There’s reading and then there’s Reading; just like there’s literature and then there’s Literature (if I were speaking rather than writing, the difference between these two sets of statements would be air quotes surrounding Reading and Literature).

These second elements of each statement suggest a higher standard; greater intellectual depth and rigour; a broader scope and more culturally complex explorations; dazzling eloquence. They suggest superiority, I think.

When you read the first sentence of this blog, what pops into your mind? Do your thoughts line up in an order akin to this one?

 reading/ literature                                                        Reading/Literature

-Harlequin Romances!                                        –Madame Bovary, Lady Chatterley’s Lover


-Murder mysteries!                                              -The Collected Works of Edgar Allen Poe


– Fantasy and Science fiction!                             –  The Odyssey, The Iliad


– Anything by Stephen King!                                – Anything by Charles Dickens

The left column feels upbeat and enticing; the right column feels rather sober and solid and slightly stick-in-the-muddy, don’t you homerthink?

Maybe. But maybe not. Because what matters is whether you’ve enjoyed any of these books; whether they captivated you, transported you to another time, place or mindscape.

Is there such a thing as a literary hierarchy? Should there be?

Just this week, a challenge popped up among my closest Facebook friends. Like many of the games and quizzes that circulate on the social network, I don’t know exactly where this one originated, though I think it’s with one of my son’s friends.

The challenge was presented to me this way:

In your status list 10 books that have stayed with you over the years. Try not to take too long or to think too hard about it. They don’t have to be the “right books” or the greatest works of literature, just ones that have affected you in some way. Tag as many of your friends as you want, including me so I can see your list!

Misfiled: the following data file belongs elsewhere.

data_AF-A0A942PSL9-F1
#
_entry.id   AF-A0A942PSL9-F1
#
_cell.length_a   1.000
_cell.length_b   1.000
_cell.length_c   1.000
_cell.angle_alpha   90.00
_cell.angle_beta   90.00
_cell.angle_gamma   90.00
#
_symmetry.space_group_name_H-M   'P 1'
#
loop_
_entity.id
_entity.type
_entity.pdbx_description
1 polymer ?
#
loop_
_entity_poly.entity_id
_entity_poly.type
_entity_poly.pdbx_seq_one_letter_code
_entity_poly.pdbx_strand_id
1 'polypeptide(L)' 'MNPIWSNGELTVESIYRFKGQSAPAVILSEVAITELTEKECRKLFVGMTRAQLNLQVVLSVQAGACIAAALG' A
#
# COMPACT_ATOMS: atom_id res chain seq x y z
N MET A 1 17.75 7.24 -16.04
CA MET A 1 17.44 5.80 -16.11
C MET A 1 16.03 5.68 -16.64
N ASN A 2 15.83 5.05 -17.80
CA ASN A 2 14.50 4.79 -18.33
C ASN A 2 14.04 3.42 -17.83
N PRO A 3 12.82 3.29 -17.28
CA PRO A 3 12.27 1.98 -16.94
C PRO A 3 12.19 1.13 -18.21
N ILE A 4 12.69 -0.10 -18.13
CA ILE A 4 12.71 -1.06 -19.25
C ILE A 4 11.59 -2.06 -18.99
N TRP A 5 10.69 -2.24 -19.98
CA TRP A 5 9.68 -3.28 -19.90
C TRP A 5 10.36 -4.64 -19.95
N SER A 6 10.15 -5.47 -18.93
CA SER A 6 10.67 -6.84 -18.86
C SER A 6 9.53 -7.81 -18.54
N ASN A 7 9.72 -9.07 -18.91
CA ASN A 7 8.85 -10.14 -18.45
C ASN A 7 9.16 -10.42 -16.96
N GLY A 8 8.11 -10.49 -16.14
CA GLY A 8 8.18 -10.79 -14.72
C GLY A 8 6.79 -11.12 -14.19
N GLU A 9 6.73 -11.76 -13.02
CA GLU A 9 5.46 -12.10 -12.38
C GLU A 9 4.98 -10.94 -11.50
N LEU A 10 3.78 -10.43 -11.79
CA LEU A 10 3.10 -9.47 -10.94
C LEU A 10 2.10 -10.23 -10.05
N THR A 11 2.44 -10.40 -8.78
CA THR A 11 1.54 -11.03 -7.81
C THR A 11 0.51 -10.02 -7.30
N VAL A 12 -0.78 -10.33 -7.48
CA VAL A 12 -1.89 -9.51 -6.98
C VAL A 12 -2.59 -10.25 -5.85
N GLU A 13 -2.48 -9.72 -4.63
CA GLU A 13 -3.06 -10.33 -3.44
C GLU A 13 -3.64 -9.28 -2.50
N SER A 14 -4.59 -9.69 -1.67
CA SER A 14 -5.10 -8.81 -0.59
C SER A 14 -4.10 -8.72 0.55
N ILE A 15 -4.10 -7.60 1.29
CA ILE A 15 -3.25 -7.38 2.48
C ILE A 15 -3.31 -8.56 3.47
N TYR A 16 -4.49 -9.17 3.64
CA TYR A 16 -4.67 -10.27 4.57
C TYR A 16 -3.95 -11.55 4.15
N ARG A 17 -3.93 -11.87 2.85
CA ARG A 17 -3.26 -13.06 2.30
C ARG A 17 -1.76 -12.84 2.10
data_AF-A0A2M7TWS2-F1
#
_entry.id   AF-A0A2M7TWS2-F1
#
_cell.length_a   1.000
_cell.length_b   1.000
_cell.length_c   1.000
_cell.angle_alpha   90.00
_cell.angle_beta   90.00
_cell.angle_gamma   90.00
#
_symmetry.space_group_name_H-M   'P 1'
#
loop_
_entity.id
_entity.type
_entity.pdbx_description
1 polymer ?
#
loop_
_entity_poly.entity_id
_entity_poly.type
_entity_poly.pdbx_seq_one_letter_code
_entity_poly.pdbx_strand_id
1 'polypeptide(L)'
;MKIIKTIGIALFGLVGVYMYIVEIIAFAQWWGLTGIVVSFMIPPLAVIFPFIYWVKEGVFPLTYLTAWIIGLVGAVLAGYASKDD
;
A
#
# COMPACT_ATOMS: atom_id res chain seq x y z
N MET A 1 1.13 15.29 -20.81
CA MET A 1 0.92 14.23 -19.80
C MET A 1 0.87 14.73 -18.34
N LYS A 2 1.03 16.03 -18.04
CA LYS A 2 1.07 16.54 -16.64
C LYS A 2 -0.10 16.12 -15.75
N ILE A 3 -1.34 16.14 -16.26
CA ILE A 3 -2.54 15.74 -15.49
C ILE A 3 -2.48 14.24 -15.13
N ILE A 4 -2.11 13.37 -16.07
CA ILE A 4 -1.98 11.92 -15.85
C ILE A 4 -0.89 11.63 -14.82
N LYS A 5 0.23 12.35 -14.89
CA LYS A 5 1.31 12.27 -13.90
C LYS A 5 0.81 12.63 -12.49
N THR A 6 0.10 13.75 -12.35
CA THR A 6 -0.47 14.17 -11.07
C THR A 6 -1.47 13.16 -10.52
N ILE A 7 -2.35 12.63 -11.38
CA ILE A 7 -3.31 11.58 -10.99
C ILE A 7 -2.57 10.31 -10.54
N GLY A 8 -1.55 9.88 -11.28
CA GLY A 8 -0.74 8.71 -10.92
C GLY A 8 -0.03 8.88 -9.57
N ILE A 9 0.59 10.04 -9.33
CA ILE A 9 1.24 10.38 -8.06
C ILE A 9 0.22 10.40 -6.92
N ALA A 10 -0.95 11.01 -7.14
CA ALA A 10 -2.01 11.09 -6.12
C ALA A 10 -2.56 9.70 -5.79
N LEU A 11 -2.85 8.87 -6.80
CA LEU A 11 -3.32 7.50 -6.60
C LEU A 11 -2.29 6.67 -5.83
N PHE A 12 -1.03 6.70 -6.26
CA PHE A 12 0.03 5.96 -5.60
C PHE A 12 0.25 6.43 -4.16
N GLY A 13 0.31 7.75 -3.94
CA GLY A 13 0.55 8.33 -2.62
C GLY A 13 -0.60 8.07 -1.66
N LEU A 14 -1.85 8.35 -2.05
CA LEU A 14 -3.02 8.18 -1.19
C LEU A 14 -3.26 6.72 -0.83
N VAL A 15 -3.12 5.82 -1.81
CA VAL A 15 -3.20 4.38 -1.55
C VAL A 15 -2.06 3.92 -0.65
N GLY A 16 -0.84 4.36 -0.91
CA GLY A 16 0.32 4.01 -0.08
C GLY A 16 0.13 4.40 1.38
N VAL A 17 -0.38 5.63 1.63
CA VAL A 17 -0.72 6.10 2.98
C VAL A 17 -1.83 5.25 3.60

What fun!

Guess what I did first?

I checked out the lists of others who had answered before me. Now why did I need to do that? The challenge made it clear that this 71gXBXSRCqL._SL1200_wasn’t an intellectual exercise―that it was simply about the books that had left the deepest imprint. And yet I was a little worried that my choices might not be “right”, and I had to make a conscious effort not to overthink and to simply share the titles of books that will always be close to my heart.

This is the list that I eventually posted. They are books that evoked feelings of exhilaration, sadness, safety, intrigue, compassion, outrage, hilarity, poignancy, tremendous tenderness and even love, and finally astonishment (usually by their originality) and which, upon finishing the last page, caused me to sit very still,  because I wanted to hold on to them just a bit longer:

La Vie devant soi, (Émile Ajar/Romain Gary)
The World According to Garp (John Irving)
The Intuitionist (Colson Whitehead)
The Amazing Adventures of Kavalier and Clay (Michael Chabon)
Middlesex (Jeffrey Eugenides)
Sense and Sensibility, Jane Austen
What’s Bred in the Bone (Robertson Davies)
Ensemble, c’est tout (Anna Gavalda)
Black Swan Green (David Mitchell)
Little Lost Angel, (Janet Field Heath, Janet Laura Scott –illustrator)
I Am the Messenger (Marcus Zusak)
La Serpe d’Or (René Goscinny et Albert Uderzo). My first Astérix!

Lists like these are always too short (I know, I cheated and included twelve titles), and we inevitably forget personal treasures. I could have named 40 in a matter of minutes. And in a sense, that’s why this challenge works: because there are only good answers and because it invites us to conjure up happy reading memories and reminds us again how much joy literature has brought to our lives.